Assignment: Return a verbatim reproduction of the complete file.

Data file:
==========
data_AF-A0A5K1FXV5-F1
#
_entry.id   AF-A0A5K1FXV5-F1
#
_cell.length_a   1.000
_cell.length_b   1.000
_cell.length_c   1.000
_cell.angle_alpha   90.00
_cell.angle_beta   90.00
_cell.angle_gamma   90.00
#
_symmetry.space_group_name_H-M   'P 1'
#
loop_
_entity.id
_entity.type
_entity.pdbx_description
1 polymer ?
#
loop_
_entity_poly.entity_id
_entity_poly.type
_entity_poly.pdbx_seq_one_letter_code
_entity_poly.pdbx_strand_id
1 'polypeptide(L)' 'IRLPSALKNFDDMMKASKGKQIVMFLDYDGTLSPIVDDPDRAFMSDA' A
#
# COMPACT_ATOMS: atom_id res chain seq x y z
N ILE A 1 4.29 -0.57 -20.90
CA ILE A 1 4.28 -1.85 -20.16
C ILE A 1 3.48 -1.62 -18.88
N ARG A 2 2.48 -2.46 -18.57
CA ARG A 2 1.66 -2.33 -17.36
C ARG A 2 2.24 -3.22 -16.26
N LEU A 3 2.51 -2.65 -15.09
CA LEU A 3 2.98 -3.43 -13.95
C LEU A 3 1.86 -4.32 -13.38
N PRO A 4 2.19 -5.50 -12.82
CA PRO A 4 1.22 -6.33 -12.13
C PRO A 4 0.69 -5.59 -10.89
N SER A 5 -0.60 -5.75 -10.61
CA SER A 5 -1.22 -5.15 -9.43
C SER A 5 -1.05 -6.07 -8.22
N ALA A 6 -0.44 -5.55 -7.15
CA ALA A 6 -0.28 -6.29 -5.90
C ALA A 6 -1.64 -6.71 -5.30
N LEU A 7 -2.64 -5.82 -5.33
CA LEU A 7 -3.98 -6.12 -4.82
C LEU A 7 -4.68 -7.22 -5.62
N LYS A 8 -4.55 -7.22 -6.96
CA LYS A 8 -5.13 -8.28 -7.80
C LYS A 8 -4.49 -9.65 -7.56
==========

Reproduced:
data_AF-A0A5K1FXV5-F1
#
_entry.id   AF-A0A5K1FXV5-F1
#
_cell.length_a   1.000
_cell.length_b   1.000
_cell.length_c   1.000
_cell.angle_alpha   90.00
_cell.angle_beta   90.00
_cell.angle_gamma   90.00
#
_symmetry.space_group_name_H-M   'P 1'
#
loop_
_entity.id
_entity.type
_entity.pdbx_description
1 polymer ?
#
loop_
_entity_poly.entity_id
_entity_poly.type
_entity_poly.pdbx_seq_one_letter_code
_entity_poly.pdbx_strand_id
1 'polypeptide(L)' 'IRLPSALKNFDDMMKASKGKQIVMFLDYDGTLSPIVDDPDRAFMSDA' A
#
# COMPACT_ATOMS: atom_id res chain seq x y z
N ILE A 1 4.29 -0.57 -20.90
CA ILE A 1 4.28 -1.85 -20.16
C ILE A 1 3.48 -1.62 -18.88
N ARG A 2 2.48 -2.46 -18.57
CA ARG A 2 1.66 -2.33 -17.36
C ARG A 2 2.24 -3.22 -16.26
N LEU A 3 2.51 -2.65 -15.09
CA LEU A 3 2.98 -3.43 -13.95
C LEU A 3 1.86 -4.32 -13.38
N PRO A 4 2.19 -5.50 -12.82
CA PRO A 4 1.22 -6.33 -12.13
C PRO A 4 0.69 -5.59 -10.89
N SER A 5 -0.60 -5.75 -10.61
CA SER A 5 -1.22 -5.15 -9.43
C SER A 5 -1.05 -6.07 -8.22
N ALA A 6 -0.44 -5.55 -7.15
CA ALA A 6 -0.28 -6.29 -5.90
C ALA A 6 -1.64 -6.71 -5.30
N LEU A 7 -2.64 -5.82 -5.33
CA LEU A 7 -3.98 -6.12 -4.82
C LEU A 7 -4.68 -7.22 -5.62
N LYS A 8 -4.55 -7.22 -6.96
CA LYS A 8 -5.13 -8.28 -7.80
C LYS A 8 -4.49 -9.65 -7.56